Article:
There is sure to be some bad blood concerning the system requirements of Uprising 2. If you just spent $200 on that hot new TNT board, you’re out of luck and stuck in software mode; the game is only available in its 3D accelerated glory for owners of a 3Dfx chipset. This is also the first game that’s exposed my Voodoo2 for the aging piece of technology that it is. With a Pentium II 450 and 64MB RAM, my 8MB card was chugging pretty heavily at 800x600 and all the graphic options set on maximum. When I backed off to 640x480 though, everything was fairly pleasant. For the full effect, this game screams for an SLI configuration and a boatload of memory.

Overall, I came away feeling cold and uninvolved in the confrontations of Uprising 2. This game is not without merit, especially for those who did not play the brilliant initial chapter of the series. Some of the campaign elements have been changed for the better, such as the post-battle reports, though I couldn’t really care less how many miles I had driven my Wraith. There are new weapons to deploy, some excellent new lighting effects, and a graphical updating of the opponents. If you have never played Uprising, do yourself a favor and check out the bargain bins; it’s a better game than the sequel. If you own and enjoy the original, you may find, like I did, that Uprising 2 seems to have lost something important; the spirit, the feel, the warmth that began with the graphics, continued through the sounds, and filtered down to the gameplay. Most everything that made Uprising special and unique is gone in the sequel. Not unlike the Obi-Wan quote concerning Anakin Skywalker, “He’s more machine now than man”, so goes the Uprising sequel. It’s more of a shooter now than anything else, and the better part of the soul of this award winner evaporated when the decision was made to move the series violently toward the mainstream. The gaming world suffers because of it.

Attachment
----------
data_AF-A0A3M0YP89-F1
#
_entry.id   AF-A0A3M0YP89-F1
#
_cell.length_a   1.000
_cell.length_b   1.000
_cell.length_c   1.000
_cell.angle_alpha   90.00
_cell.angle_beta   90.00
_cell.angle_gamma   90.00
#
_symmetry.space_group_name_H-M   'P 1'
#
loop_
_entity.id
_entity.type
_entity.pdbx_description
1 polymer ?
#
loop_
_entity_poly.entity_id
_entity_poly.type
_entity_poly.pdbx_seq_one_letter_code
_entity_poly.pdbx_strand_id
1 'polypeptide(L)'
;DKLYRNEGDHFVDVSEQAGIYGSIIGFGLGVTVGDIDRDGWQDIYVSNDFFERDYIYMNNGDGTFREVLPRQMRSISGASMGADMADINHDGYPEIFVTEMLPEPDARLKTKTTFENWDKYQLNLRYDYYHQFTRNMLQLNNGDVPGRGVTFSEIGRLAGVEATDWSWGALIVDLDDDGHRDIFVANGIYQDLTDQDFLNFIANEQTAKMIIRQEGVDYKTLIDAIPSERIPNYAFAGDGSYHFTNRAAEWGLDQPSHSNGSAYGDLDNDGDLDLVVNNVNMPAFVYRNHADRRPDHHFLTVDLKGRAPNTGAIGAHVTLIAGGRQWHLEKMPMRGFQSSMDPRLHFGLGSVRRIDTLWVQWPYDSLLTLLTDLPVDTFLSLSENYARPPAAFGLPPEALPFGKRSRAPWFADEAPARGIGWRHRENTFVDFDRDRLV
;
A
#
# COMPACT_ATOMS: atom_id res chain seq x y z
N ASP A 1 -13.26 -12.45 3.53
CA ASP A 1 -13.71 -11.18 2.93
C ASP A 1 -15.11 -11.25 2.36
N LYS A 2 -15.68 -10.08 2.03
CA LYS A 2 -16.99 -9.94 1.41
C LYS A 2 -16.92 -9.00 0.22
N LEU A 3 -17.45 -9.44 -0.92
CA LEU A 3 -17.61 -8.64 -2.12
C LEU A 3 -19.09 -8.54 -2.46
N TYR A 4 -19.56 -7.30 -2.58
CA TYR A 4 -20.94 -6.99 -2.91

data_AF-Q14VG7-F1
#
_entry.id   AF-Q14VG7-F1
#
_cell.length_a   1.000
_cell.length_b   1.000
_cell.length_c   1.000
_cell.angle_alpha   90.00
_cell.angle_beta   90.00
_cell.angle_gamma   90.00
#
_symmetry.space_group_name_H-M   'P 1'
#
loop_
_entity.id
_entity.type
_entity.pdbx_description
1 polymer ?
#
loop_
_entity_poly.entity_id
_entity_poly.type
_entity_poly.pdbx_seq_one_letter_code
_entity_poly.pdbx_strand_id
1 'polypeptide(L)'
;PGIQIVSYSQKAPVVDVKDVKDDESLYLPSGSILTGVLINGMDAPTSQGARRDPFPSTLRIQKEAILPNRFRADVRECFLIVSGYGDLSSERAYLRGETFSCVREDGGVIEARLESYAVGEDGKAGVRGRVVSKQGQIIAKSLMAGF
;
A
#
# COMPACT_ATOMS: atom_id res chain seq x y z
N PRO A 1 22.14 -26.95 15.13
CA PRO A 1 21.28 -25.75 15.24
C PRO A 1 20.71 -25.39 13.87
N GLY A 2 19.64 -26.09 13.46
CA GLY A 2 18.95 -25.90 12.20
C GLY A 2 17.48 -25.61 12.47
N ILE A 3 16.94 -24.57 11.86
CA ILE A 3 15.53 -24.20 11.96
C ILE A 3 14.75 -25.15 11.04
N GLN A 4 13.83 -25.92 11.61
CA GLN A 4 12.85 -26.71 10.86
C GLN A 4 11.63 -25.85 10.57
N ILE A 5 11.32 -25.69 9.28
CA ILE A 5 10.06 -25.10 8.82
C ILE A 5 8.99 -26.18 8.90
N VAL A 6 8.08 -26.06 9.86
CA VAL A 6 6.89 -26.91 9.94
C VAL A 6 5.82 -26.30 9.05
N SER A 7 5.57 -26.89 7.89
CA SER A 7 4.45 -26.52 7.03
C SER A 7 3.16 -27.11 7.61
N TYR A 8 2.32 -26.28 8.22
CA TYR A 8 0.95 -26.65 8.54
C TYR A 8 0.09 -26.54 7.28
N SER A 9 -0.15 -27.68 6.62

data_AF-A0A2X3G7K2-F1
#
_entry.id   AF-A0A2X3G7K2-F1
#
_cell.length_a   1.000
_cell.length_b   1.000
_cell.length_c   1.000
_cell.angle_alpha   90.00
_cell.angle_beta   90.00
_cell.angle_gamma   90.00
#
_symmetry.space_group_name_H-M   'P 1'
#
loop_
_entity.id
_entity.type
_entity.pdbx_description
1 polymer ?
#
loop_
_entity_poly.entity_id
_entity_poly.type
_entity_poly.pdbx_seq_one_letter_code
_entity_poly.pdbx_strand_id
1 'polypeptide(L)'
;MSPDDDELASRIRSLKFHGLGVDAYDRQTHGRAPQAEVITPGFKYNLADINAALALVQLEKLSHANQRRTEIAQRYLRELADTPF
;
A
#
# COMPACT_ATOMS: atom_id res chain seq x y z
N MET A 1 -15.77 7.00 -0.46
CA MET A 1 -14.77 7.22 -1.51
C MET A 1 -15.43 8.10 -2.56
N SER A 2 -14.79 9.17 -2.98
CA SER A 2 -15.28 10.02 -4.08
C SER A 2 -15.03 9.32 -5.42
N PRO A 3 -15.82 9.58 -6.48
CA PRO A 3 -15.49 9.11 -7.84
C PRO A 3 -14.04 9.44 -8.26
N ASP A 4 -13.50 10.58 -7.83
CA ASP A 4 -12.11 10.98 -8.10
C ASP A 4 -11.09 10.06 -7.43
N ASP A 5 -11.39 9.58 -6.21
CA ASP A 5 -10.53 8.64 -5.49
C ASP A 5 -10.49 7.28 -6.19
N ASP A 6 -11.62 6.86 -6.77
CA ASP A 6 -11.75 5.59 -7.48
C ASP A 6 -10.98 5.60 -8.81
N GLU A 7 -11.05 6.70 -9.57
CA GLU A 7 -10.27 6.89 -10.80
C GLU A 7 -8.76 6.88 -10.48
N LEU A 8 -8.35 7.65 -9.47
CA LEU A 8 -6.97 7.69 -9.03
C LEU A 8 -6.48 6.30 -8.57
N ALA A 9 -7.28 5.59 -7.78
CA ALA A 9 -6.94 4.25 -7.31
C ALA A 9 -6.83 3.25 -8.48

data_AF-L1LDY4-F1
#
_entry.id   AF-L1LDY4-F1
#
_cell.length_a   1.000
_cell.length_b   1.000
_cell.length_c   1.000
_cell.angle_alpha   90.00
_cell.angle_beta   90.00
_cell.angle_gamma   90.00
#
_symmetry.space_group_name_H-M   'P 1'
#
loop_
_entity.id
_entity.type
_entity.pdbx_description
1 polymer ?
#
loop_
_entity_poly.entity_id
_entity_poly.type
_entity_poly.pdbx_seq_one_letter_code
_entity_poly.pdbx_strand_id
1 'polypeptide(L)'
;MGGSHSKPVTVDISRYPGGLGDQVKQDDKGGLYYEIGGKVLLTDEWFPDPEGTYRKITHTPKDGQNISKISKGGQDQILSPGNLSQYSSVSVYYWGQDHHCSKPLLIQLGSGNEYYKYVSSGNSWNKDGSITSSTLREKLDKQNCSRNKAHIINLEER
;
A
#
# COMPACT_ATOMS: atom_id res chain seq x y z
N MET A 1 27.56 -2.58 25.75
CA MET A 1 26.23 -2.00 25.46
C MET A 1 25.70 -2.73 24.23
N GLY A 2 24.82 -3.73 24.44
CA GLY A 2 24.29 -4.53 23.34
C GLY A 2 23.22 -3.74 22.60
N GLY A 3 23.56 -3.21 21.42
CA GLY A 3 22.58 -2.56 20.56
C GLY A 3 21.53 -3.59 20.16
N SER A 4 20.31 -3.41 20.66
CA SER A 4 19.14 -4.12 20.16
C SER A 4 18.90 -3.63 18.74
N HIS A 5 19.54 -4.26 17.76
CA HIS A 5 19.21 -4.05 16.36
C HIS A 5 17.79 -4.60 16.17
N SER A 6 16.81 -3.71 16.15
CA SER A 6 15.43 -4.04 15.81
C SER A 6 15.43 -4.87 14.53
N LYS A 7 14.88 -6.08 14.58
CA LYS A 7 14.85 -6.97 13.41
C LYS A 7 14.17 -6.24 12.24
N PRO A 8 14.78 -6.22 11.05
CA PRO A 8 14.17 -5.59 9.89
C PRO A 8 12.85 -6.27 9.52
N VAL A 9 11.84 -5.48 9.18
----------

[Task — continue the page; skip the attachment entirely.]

FPS? RTS? What is this game?

The original Uprising was a favorite among gaming insiders, garnering many awards, but failing to make a major impact in overall sales numbers. It might be considered gaming’s best kept secret.

For those who have not had a chance to lay waste to Citadels and grind infantry into mincemeat with delightful glee, here’s the scoop: You are situated inside a Wraith, a tank-like vehicle with special capabilities. From inside this command vehicle, you may teleport various support units onto the battlefield in support of your attack or defense. Bombers, AAV’s (fighters), tanks, infantry and the like assist you in destroying enemy command posts called Citadels. Destroy the enemy Citadel, and place your own in their place, along with tank plants, AAV facilities, etc., to grow stronger. Currency is derived from power that is sapped from the core of planets, tapped via power generators that are also clustered around Citadels. Turrets and SAM sites help defend the command post. The Wraith on it’s own cannot defeat the enemy, so support units are vital, thereby creating a melding of the two genres of FPS and real-time strategy.

Final Verdict

Score: 78%

Highs: Excellent lighting effects; some new units and weapons; improved interface

Lows: Autocall eliminates strategy elements, voice actor ruins command effect; not enough new to warrant upgrade

Bottom Line: The original is a masterpiece while Uprising 2 takes the commercial, safe road. Wait for Battlezone 2 if you own the first and love the genre.

Post edited February 25, 2019 by davedial